IPSec through NAT: Securing SQL Server remote connections

This quick tutorial will show you how to secure SQL Server access (or any other service) leveraging “raw” IPSec encryption in transport mode. Two batch scripts are used to setup server-side and client-side configuration of IPSec policy. This setup is not using VPN of any kind (L2TP) and no RRAS is involved.

Present config

Local clients are accessing SQL Server on the LAN by directly connecting to it. Remote clients are using SSH port forwarding to make encrypted tunnels to the DB server. This is done in the client application by shelling plink.exe from PuTTy and CopSSH (OpenSSH for Windows) on the server side. Everything is routed through a Linksys router with dd-wrt firmware.

IPSec through NAT Traversal

As per KB926179 for NAT-T to be consided by IPSec there is a registry value that has to be added — AssumeUDPEncapsulationContextOnSendRule (REG_DWORD) = 2 in HKLM\SYSTEM\CurrentControlSet\Services\PolicyAgent for Windows Server 2003 and above or HKLM\SYSTEM\CurrentControlSet\Services\IPSec for plain XPs. Don’t forget to restart IPsec Policy Agent/IPSEC Services service for the changes to take effect (on XP restart the whole machine). Note that this registry value has to be set both on client and server machines. Value of 2 means that both client and server can be behind NAT devices.

Adding a second listening port to SQL Server

Because we want to secure connection only from the remote users, we have to add one more port SQL Server will listen to. We’ll setup IPSec to secure connections only to this port.

Adding listeners can be done with additional T-SQL endpoints in SQL Server, but easiest way is using SQL Server Configuration Manager, properties on TCP/IP protocol, second tab bottom in TCP Dynamic Ports enter comma-separated ports (orig_port,second_port). After publishing this second TCP port on the border router’s external IP it’s time to test if remote clients can access the SQL Server from internet without IPSec encryption.

Setting IPSec publishing on the router

When IPSec detects remote endpoint’s IP address differ from actual address the packets are coming from, it concludes that there is one or more NAT devices in the way and tries to switch to NAT-T by encapsulating encrypted traffic in UDP packets. Namely NAT-T tries a new connection on port 4500/udp to transfer ESP payload. So on the NAT device in front of SQL Server you have to forward ports 4500/udp and 500/udp to the SQL Server behind it, besides the TCP port SQL Server is listening to. Nothing else needs to be forwarded for NAT-T (neither 1701/udp nor IP protocol 50 packets). You can publish only one SQL Server on a single external IP address of the border router because NAT-T can not be multiplexed on a single IP.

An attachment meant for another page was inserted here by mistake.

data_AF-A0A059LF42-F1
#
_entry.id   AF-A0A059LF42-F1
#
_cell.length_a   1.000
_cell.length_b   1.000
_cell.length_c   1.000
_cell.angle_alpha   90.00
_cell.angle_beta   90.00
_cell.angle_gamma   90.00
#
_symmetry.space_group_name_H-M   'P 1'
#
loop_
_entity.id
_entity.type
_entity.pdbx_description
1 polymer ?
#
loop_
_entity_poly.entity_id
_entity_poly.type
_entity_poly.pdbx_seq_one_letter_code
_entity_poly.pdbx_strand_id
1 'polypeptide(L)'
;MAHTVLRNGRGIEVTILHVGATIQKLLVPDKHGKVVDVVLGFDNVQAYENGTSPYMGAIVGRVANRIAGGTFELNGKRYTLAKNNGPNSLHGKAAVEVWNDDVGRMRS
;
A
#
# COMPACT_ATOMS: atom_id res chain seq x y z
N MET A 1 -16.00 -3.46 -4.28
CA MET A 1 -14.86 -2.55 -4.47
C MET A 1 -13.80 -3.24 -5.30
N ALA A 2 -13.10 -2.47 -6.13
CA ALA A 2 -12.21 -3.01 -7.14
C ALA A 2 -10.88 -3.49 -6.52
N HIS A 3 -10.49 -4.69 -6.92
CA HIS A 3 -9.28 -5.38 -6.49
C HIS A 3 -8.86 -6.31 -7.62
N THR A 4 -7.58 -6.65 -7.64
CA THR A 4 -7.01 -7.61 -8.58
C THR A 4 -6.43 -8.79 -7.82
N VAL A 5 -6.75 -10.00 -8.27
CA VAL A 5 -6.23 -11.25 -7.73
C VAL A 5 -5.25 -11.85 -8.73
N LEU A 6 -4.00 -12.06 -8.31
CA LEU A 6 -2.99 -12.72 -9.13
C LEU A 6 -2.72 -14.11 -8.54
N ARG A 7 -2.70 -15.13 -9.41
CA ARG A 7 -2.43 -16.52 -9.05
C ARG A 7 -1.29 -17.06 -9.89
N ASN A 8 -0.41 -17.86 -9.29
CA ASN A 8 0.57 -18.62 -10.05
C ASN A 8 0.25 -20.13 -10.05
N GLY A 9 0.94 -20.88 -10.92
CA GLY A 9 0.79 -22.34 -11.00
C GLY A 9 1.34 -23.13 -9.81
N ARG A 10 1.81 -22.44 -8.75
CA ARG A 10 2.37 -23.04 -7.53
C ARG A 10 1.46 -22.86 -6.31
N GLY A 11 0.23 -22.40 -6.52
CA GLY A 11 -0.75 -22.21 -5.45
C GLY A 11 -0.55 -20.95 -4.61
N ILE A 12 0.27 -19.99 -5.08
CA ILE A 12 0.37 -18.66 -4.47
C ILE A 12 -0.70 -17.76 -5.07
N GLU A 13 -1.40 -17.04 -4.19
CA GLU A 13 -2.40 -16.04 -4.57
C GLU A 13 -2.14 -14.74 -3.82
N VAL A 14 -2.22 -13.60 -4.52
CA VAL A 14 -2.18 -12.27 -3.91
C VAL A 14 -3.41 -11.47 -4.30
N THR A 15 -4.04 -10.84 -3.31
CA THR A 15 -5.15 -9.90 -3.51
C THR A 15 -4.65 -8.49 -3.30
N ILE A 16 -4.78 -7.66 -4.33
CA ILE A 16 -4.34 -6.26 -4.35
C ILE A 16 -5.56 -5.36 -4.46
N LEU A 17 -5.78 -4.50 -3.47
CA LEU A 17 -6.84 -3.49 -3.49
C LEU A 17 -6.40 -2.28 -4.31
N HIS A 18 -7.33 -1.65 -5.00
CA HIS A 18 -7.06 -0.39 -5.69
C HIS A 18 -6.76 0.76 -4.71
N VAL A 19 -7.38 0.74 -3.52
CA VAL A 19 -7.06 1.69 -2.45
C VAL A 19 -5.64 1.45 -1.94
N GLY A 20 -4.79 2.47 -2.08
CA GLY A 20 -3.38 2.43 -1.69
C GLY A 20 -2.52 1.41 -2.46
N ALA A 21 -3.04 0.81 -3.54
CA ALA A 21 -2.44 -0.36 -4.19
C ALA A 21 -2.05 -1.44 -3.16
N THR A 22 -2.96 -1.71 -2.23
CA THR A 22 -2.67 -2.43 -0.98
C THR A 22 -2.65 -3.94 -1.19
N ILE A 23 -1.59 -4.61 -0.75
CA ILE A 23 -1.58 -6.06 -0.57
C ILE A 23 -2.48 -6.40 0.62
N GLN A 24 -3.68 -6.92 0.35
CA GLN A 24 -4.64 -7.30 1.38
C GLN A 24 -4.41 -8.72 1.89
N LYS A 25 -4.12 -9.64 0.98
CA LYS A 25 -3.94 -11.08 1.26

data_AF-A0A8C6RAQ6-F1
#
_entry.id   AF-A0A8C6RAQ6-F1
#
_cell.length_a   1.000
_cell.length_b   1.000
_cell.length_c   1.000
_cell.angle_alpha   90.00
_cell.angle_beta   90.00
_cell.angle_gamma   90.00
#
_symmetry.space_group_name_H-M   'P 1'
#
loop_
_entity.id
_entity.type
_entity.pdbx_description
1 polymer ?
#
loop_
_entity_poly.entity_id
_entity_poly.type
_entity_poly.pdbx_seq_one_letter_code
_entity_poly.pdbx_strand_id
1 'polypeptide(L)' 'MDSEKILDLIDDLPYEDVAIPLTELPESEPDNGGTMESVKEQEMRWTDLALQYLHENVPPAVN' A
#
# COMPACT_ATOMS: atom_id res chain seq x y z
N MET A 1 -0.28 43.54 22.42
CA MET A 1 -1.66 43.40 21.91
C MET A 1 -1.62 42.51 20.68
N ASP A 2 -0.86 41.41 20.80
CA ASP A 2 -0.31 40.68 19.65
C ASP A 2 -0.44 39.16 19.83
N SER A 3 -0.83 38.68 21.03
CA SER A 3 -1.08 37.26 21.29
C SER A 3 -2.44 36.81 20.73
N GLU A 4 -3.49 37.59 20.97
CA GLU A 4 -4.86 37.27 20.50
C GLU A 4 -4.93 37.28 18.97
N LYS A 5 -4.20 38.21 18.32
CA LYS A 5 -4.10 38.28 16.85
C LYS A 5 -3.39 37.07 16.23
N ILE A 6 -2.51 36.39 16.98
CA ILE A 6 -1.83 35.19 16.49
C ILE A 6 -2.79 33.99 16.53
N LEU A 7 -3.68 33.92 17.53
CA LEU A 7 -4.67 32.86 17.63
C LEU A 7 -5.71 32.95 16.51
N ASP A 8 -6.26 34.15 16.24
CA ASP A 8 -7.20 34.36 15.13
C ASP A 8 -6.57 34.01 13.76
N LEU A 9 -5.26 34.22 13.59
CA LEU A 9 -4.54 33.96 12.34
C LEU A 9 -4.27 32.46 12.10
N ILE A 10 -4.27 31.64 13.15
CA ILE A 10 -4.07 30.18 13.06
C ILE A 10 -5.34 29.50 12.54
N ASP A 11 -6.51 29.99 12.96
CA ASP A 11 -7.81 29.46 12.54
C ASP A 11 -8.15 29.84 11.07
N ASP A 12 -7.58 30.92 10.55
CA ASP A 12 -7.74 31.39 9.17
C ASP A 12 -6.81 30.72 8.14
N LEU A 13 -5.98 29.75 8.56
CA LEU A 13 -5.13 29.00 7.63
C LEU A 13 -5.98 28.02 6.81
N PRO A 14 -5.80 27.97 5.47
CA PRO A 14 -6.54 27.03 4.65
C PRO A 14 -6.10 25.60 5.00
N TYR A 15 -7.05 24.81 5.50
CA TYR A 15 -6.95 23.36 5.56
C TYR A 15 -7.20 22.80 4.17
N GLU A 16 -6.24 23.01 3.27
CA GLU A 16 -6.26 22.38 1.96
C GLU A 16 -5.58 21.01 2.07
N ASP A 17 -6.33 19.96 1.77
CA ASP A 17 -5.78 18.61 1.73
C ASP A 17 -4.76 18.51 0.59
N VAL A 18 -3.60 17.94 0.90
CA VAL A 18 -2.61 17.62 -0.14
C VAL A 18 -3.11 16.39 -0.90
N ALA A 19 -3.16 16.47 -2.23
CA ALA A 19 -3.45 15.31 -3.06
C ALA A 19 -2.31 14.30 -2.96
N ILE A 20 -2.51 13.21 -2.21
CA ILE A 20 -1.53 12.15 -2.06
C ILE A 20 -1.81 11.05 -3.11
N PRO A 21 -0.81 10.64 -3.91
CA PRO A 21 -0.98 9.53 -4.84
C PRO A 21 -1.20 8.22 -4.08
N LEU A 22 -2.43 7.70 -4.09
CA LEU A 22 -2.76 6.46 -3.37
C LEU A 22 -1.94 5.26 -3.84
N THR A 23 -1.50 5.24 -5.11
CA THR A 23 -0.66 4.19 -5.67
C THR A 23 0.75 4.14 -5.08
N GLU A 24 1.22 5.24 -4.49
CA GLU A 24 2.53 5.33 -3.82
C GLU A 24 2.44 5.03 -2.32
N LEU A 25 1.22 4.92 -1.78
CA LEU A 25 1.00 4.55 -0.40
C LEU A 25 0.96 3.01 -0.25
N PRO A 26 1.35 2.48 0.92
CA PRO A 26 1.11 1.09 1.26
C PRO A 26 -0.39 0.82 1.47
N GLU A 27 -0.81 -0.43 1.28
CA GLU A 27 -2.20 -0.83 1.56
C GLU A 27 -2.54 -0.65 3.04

If using ISA Server for publishing IPSec make sure that IPsec Policy Agent/IPSEC Services is stopped on the ISA machine. The reason for this is that otherwise the IPSec filter on the router machine will handle 500/udp and 4500/udp traffic before ISA can forward it to the SQL Server.

Setting IPSec on the SQL Server

We’ll leave original port unencrypted and will setup IPSec to encrypt traffic only on the second port. We’ll use ipsec_srv.bat like this

c:>ipsec_srv 1618 preshared_password

where 1618  is the second port we made SQL Server listen to and preshared_password is a preshared key we’ll use to encrypt traffic.

The whole ipsec_src.bat looks like this:

@echo off
if "%2"=="" goto :usage
setlocal
set ipsec=netsh ipsec static
set pol_name=SQL Servers policy
set faction_name=ESP[3DES,SHA1] encryption
set flist_name=Port %1
set preshared_key=%2

if not "%3"=="/a" (
    call :service_registry PolicyAgent AssumeUDPEncapsulationContextOnSendRule 2
    echo Clearing %pol_name%...
    %ipsec% delete policy name="%pol_name%"
    %ipsec% add policy name="%pol_name%" activatedefaultrule=no mmsecmethods="3DES-SHA1-2"
    %ipsec% set policy name="%pol_name%" assign=yes
    %ipsec% add filteraction name="%faction_name%" qmpfs=yes action=negotiate qmsecmethods="ESP[3DES,SHA1]:3600s"
    )
echo Adding %flist_name% filter list...
%ipsec% add filter filterlist="%flist_name%" protocol=tcp srcaddr=me srcport=%1 dstaddr=any mirrored=yes
%ipsec% add rule name="%flist_name%" filterlist="%flist_name%" psk="%preshared_key%" policy="%pol_name%" filteraction="%faction_name%"
goto :eof

:service_registry
reg query HKLM\SYSTEM\CurrentControlSet\Services\%1 /v %2 > nul 2>&1 && goto :eof
echo Setting %2 value to %3...
reg add HKLM\SYSTEM\CurrentControlSet\Services\%1 /v %2 /t REG_DWORD /d %3 /f
net stop PolicyAgent
net start PolicyAgent
goto :eof

:usage
echo usage: ipsec_srv.bat ^<port^> ^<pass^> [/a]